I’ll probably be accused by some of the hardcore lefties who read this blog of “questioning the patriotism” of the six retired generals who’ve called for Rummy’s ouster, but before I get started let me be clear: that is not what this post is about. It’s about questioning the wisdom of the generals in question as to the timing of their criticism of Rummy. I wrote this tonight at a message board I frequent, and am resposting it here:
[Regarding the issue of a possible court martial or removal for speaking out]: if these generals felt the level of DOD incompetence was bad enough to the point that we were risking lives unnecessarily, don’t you think instead of waiting 2- 3 years after the war started while the problems that started happening shortly after the fall of Baghdad that they have alleged only got worse as a result of that incompetence that they’d have risked removal or court martial in an attempt to stop anymore unnecessary bloodshed?
That is what stinks about all of this. Yes, these retired generals have the right (and obviously the experience) to speak out about where they believe the bulk of the blame should be placed, but what’s essentially happened here is that these generals, who now claim to have had serious reservations and misgivings – reservations and misgivings that they kept quiet about while they were serving – about how the post war plan was being carried out and the decisions Don Rumsfeld made chose to keep silent about it until they were safely retired. Instead of standing up and saying “something’s not right here – our troops are needlessly dying and they’re doing so because the Defense Sec. screwed things up” they chose to keep quiet about it. Now that they are retired, when they have nothing to lose, they speak out?
Whatever happened to standing on principle? Standing on the courage of your convictions? If you’re a military general and you think that the post war decisons made by the Sec. of Def. have been that bad while you’re still serving, and you think that our troops are dying unnecessarily because of the alleged gross incompetence of the Sec. of Defense, what do you do? Do you risk it all to try and prevent more bloodshed, or do you keep quiet about it and allow it to continue without speaking out until your career with the military is over (via retirement)?
Is that asking too much? I don’t think so. Because no matter who you are, whether you’re in the military or you work in the corporate world or a hospital or wherever, if you stand by and keep quiet while your gut feeling is telling you that what your superiors are doing is wrong simply because you’re afraid that either you’ll lose your job or be retaliated against, then you (general you) are part of the problem because you’ve chosen to put your career ahead of doing what your gut is telling you is right. If these generals had that big an issue with Rumsfeld, they should have said so while they were serving because it would have given them a lot more credibility because they’d be putting their careers on the line to try to right what they perceived to be wrongs. Some people would say “well that’s a pretty big risk you’re asking them to take” – and the response to that would be “the military is all about risk.” If you believe that the men and women under your command are dying unneceessarily due to an incompetent Sec. of Defense you say so *then* – you don’t let the bloodshed continue until after you’ve safely retired all the while the men and women you think are being forced to take unnecessary risks are still doing so, in part, because you refused to speak out about it.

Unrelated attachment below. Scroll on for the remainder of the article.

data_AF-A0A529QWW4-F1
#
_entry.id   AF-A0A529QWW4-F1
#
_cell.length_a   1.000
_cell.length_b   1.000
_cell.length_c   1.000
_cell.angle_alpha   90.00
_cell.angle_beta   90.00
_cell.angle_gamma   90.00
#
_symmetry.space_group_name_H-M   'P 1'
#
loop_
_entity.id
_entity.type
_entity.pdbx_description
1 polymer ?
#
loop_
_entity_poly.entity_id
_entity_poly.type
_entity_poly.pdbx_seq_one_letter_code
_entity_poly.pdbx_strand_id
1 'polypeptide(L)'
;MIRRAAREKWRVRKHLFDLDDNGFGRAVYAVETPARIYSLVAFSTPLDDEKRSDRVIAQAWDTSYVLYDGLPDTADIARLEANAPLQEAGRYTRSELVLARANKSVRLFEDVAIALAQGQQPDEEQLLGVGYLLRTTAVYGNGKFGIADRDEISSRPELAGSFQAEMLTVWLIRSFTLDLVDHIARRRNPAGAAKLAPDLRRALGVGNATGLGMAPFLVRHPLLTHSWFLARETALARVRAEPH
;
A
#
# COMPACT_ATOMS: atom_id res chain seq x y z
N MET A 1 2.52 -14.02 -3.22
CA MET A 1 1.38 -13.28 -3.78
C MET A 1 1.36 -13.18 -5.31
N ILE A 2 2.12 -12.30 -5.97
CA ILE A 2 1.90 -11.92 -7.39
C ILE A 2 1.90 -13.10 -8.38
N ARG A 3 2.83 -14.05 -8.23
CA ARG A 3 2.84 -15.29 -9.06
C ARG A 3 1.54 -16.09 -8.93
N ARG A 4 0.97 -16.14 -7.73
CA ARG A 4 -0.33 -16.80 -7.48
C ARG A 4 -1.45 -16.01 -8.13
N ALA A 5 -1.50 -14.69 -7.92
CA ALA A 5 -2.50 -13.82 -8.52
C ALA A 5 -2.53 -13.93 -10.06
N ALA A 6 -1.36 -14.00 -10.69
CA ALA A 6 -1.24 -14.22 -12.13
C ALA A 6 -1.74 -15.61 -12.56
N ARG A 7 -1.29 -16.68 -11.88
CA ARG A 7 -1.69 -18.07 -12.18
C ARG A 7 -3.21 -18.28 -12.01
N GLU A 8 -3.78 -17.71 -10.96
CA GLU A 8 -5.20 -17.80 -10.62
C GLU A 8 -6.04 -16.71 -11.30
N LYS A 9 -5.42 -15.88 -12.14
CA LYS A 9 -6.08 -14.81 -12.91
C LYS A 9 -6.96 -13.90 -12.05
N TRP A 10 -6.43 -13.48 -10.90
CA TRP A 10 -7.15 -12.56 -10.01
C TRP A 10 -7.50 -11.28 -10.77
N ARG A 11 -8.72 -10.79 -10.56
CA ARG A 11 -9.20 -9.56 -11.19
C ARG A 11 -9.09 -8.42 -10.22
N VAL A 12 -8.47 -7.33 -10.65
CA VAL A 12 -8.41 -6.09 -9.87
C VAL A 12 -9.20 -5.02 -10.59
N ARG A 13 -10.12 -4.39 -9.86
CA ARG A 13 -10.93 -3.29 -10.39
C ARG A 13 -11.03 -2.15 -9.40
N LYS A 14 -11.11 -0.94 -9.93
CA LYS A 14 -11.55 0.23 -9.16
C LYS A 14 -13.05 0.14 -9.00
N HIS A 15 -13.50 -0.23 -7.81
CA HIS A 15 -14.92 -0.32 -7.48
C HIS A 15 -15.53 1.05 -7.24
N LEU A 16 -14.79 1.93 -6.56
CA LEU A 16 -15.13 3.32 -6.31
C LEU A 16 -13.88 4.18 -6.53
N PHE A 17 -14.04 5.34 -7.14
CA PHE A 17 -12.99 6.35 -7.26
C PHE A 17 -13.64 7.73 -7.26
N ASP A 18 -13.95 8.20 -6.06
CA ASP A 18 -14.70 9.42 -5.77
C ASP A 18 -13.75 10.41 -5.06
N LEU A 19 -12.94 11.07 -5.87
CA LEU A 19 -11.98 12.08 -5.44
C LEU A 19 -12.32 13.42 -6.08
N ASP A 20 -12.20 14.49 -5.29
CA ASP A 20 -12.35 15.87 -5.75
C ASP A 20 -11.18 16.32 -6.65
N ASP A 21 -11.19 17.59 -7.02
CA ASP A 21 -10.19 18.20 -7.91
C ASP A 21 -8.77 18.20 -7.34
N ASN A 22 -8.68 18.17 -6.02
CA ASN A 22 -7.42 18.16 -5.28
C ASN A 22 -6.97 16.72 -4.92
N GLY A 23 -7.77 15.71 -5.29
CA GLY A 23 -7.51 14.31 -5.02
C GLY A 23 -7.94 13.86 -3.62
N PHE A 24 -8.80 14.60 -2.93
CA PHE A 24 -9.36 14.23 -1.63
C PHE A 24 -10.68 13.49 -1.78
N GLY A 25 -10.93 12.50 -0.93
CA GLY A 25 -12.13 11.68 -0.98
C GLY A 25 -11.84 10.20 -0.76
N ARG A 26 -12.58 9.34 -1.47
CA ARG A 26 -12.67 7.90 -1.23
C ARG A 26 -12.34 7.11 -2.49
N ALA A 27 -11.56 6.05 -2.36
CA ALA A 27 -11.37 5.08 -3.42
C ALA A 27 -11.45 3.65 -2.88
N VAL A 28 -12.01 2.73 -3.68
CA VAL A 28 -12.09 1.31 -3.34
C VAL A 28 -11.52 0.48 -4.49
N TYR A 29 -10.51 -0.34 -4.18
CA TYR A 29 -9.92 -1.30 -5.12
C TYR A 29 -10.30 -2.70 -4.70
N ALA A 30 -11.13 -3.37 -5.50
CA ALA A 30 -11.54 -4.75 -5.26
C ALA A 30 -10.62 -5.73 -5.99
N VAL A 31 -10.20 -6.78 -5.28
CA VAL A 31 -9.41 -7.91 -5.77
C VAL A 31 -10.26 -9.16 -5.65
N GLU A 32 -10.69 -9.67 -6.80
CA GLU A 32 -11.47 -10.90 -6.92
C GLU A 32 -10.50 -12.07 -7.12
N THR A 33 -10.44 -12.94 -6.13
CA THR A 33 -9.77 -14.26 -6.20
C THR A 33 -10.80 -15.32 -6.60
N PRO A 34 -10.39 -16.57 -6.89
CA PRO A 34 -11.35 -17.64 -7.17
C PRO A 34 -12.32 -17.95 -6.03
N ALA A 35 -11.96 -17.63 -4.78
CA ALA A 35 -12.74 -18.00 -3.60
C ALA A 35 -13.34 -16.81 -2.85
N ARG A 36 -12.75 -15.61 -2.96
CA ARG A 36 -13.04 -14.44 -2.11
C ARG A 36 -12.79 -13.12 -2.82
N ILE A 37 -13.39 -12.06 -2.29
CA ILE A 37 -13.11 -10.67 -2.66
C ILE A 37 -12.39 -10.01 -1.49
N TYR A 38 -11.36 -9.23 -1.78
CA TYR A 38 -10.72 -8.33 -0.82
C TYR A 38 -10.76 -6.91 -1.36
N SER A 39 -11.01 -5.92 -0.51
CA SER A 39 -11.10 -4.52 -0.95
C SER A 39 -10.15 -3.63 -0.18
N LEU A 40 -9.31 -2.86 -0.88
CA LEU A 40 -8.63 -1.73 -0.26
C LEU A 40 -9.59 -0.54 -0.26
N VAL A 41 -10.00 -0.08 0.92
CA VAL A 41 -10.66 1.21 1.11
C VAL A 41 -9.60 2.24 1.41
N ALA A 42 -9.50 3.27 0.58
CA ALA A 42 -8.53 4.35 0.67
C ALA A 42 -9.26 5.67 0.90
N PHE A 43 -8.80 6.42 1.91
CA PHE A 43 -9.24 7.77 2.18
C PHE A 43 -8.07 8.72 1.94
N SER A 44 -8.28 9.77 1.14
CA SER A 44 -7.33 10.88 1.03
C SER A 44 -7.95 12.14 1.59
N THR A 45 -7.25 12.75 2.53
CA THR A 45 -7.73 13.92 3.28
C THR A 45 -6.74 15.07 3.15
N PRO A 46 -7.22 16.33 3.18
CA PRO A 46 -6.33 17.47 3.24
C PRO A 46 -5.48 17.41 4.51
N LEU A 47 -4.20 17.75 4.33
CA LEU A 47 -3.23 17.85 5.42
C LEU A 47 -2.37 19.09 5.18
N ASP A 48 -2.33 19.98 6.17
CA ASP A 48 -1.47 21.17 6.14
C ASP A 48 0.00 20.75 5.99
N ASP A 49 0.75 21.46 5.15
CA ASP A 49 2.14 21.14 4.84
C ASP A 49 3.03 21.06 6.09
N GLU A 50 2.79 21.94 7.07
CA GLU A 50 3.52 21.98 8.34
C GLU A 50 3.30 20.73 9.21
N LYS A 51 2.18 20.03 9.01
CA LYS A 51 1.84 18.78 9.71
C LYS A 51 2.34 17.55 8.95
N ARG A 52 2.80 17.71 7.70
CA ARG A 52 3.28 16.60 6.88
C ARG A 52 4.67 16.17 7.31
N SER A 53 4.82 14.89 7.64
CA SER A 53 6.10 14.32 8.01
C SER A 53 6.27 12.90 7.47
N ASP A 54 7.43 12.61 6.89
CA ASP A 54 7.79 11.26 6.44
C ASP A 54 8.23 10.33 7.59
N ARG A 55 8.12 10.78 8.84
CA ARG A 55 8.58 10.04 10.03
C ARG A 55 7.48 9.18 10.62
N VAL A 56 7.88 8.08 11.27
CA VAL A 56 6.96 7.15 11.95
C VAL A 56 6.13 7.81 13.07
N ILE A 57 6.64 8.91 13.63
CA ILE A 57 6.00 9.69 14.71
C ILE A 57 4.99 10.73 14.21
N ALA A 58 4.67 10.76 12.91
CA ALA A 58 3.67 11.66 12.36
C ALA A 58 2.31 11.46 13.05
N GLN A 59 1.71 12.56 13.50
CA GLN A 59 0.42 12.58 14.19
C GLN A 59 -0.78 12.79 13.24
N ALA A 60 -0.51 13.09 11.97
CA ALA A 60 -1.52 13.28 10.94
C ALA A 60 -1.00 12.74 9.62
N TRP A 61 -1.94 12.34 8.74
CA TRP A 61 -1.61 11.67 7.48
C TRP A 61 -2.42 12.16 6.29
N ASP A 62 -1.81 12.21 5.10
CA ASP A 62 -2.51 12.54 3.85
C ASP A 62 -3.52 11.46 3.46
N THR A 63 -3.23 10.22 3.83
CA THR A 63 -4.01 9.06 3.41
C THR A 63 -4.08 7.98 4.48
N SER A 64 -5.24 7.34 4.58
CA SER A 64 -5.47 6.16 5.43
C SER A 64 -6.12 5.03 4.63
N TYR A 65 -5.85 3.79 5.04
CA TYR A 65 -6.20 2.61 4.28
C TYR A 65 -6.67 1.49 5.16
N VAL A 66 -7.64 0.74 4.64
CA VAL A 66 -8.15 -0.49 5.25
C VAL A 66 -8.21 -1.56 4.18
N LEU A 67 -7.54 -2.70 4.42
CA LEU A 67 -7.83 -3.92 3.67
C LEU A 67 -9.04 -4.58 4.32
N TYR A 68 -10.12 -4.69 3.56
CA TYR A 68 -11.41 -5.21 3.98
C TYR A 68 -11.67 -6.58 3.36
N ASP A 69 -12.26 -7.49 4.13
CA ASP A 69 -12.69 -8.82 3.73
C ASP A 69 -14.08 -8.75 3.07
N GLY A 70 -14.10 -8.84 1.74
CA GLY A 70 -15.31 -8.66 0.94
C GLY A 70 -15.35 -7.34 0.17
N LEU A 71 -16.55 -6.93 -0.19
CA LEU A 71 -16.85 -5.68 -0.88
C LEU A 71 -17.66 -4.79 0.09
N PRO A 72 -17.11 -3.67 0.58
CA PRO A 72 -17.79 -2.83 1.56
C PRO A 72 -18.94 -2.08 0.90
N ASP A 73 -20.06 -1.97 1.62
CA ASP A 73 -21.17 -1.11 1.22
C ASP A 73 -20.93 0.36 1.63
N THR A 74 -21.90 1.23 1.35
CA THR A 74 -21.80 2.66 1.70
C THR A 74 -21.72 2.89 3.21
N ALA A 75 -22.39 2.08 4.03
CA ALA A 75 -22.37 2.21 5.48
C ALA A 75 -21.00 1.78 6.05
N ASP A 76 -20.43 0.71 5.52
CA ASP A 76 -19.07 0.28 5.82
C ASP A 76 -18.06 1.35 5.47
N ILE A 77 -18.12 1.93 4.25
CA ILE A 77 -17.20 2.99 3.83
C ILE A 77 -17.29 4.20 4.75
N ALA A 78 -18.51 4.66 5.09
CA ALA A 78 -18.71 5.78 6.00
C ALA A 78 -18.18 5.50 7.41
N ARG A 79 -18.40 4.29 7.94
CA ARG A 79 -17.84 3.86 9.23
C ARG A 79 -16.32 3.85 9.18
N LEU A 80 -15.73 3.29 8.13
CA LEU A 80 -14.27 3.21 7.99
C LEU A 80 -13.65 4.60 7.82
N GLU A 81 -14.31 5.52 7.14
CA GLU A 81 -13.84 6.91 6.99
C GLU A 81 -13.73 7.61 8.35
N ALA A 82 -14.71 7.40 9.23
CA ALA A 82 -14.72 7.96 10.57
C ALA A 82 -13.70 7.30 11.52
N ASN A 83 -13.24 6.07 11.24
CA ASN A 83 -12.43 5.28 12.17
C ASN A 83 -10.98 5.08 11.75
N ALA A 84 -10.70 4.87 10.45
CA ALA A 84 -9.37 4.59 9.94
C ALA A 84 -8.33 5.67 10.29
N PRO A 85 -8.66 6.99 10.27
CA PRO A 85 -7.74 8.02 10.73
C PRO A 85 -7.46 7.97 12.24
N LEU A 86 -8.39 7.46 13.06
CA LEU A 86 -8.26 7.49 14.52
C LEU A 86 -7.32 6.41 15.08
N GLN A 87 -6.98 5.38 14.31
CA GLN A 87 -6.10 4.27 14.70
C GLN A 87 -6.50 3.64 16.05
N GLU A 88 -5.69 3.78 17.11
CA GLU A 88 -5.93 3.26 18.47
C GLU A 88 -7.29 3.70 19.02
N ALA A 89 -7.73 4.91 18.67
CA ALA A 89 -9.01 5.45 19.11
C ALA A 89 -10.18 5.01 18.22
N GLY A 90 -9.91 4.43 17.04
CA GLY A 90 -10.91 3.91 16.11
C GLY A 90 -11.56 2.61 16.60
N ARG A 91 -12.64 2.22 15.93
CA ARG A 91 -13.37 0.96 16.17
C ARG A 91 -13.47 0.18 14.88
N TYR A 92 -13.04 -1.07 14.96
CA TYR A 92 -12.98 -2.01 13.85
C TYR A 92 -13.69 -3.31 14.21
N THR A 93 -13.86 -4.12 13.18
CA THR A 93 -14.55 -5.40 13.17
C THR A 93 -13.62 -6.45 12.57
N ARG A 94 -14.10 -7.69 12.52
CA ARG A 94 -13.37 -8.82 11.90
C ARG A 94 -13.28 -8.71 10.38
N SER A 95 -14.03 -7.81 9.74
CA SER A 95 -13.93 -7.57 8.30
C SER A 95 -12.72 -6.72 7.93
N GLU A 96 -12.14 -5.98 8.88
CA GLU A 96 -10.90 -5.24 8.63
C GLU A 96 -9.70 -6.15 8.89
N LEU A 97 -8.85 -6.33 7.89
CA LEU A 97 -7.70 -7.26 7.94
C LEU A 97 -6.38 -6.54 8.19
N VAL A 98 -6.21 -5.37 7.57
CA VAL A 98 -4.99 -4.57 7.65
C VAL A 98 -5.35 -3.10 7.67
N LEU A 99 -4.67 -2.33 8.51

This would like if I was a doctor in the hospital and believed that bad hospital policy was hurting patients and in some cases costing them their lives – and said nothing about it until I retired because I was afraid I’d lose my job and/or be retaliated against by the hospital management. What kind of doctor would that make me look like in the eyes of the community? One who sat around and turned a blind eye to what was happening, because I was too afraid to stand up and do what was right because I didn’t want to risk my job. And in the process, countless lives are harmed and in some cases lost unnecessarily.
You (general you) simply do not stand around and say nothing while you think those around you are losing their lives because in your opinion the Sec of Defense is an incompetent a**. You say something THEN because if you don’t, the problems still keep going on all the while you wait until you’re safely retired (and in some cases preparing to release a book about your experiences) in order to speak out about them.
When you look at things from that perspective, it doesn’t make them look like the ‘brave mavericks’ that people are making them out to be, does it?
Update: Just catching up on blogosphere opinion on this and I see the Godfather of the blogosphere made a similar point earlier:
If things were so bad before, they should have resigned in protest instead of complaining publicly once they were safely in retirement and, in some cases, had books to promote.